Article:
Monday 18 December 2017

IRFU have won 'Tank' battle -- but French threat will not go away

The IRFU have been criticised for leaving contract negotiations with Leinster's Sean O'Brien recklessly late
The IRFU have been criticised for leaving contract negotiations with Leinster's Sean O'Brien recklessly late
Vincent Hogan

Vincent Hogan

There was a calm, almost anodyne tone to the IRFU statement confirming Sean O'Brien's new two-year deal to stay with Leinster.

The good news story of keeping, arguably, Ireland's most coveted player tied to the umbilical cord of a centralised Union contract was delivered, naturally, without any hint of the behind-the-scenes flux that prefaced O'Brien's decision not to follow the money to France.

But this has been a trying week for the Union, one that reiterated the sense of them fighting for survival in a market beyond their means.

Toulon were not the only French Top 14 club willing to stretch beyond €600,000 per annum for 'the Tullow Tank', a salary that -- given French tax laws -- represented more than a doubling of his existing Union wage.

Whilst there is broad acceptance among Irish players and their agents that IRFU contracts cannot possibly now match those backed up by private benefactors like Mourad Boudjellal (Toulon) and Jacky Lorenzetti (Racing Metro) in France -- not to mention the improved Top 14 television deal recently secured from Canal Plus -- the gap has begun to widen into a vast chasm.

We are not privy to the fine details of O'Brien's new deal, but -- as recently as last Monday -- he was known to be deeply frustrated by the distance between his two main suitors.

On Tuesday, I understand that O'Brien's agent, Fintan Drury, went back to the Union with a figure that he suggested would keep his client at home.

That the final agreement was not subsequently reached until the early hours of yesterday morning would suggest the figure was, most probably, not met.

The IRFU has been accused of leaving their negotiations with O'Brien and Jamie Heaslip recklessly late, given that virtually every other world-class player, either north or south of the equator, has been contractually tied down until after next year's World Cup.

Indeed, chances are that Toulon's failure to land O'Brien will now increase their interest in Heaslip, because there are simply no other players of that calibre currently on the market.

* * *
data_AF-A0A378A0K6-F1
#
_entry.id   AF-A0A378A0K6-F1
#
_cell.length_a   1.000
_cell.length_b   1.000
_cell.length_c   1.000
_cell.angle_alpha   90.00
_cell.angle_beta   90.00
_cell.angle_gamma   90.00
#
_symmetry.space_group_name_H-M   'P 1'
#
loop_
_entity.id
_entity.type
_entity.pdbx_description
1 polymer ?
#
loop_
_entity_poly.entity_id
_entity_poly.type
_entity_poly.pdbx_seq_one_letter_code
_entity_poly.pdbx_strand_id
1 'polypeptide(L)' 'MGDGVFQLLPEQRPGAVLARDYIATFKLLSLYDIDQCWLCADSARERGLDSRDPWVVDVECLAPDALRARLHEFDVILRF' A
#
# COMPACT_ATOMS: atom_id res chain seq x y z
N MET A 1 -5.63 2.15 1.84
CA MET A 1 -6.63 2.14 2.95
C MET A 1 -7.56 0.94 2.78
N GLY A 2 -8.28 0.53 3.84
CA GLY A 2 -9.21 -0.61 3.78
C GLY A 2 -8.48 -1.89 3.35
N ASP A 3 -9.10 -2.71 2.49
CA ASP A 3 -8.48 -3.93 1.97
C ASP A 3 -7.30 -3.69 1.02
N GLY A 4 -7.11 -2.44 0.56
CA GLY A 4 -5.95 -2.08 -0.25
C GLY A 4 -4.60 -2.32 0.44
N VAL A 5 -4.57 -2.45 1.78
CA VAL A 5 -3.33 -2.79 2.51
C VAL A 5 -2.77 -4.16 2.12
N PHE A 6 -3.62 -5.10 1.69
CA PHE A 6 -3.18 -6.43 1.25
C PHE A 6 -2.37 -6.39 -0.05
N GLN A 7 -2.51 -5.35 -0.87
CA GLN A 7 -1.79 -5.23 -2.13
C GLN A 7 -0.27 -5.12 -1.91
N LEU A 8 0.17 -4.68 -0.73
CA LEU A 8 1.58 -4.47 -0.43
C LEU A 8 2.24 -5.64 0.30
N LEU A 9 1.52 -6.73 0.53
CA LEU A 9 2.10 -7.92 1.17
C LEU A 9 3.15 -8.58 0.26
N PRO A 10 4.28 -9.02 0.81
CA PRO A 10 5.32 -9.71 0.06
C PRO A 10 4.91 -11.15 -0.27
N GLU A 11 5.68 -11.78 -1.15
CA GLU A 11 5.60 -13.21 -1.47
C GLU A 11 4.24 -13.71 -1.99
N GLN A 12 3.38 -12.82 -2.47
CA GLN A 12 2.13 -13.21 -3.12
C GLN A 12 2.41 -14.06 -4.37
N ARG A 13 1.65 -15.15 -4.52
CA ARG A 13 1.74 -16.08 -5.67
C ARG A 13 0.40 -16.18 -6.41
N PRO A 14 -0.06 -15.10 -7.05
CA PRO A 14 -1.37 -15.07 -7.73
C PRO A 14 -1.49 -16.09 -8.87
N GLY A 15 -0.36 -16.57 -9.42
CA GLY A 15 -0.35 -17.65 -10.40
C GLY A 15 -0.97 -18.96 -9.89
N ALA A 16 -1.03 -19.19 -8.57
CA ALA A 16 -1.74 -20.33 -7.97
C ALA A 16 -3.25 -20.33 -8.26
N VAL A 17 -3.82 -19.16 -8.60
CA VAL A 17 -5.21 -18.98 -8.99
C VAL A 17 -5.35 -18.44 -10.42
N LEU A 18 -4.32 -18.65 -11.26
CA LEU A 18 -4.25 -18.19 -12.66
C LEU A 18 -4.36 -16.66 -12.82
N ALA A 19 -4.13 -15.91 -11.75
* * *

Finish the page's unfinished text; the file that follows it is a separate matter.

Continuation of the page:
Undoubtedly, the optics of losing both Leinster back-rows to France less than a year after Jonathan Sexton's departure would have been ruinous for the Union.

Indeed, that scale of loss would also have represented a crushing blow for Matt O'Connor's bid to build on the Joe Schmidt legacy, having seen Isa Nacewa return home to New Zealand and knowing that another dressing-room leader, Leo Cullen, will soon decamp to the club's coaching staff.

Pointedly, the Union tagged a line for news editors to the end of yesterday's statement about O"Brien, stressing: "THIS CONTRACT IS FUNDED BY THE IRFU."

This, presumably, was to re-emphasise how the salaries of Irish international players cannot be topped up by their clubs. In other words, no matter how deeply Leinster CEO, Mick Dawson, might covet having O'Brien and Heaslip at the RDS, only the Union could close any deal.

In this, they were doomed maybe to lose any propaganda war, with a raft of former players critical this week of what seems the absence of a coherent, pro-active approach to tying down big-name players on long-term contracts.

But that criticism maybe missed the new financial realities facing the IRFU.

Poor sales of Aviva 10-year tickets have undermined financial confidence within the Union and there is growing frustration that Heaslip's existing contract -- said to be worth €450,000 per annum -- is now being referenced as some kind of benchmark for negotiation.


Equally, few agents want their players committed to lengthy contracts given a regulation that they themselves cannot tie their client down to anything more than two-year deals.

In this climate, the Union finds it increasingly impractical to go to the gambling rooms of contract negotiation early. Throwing your best offer instantly on the table simply isn't smart business -- it's commercial suicide.

There is a sense too that, for all the current contract dithering, the IRFU retains a far better hold on the professional game than their English, Welsh or Scottish counterparts.

Three of the four Irish franchises will again make the Heineken Cup quarter-finals and the fourth, Connacht, still hold a mathematical chance of joining them.

There is no evidence of any profound friction between the Union and the clubs and, despite Sexton's move to Racing Metro, no broad flight of players to foreign shores just yet.

But the money available in France has skewed the world market, with long-term implications right across the globe. For the IRFU that represents a problem beyond their influence.

Keeping O'Brien at home was, thus, a victory, but only a small one.

Irish Independent

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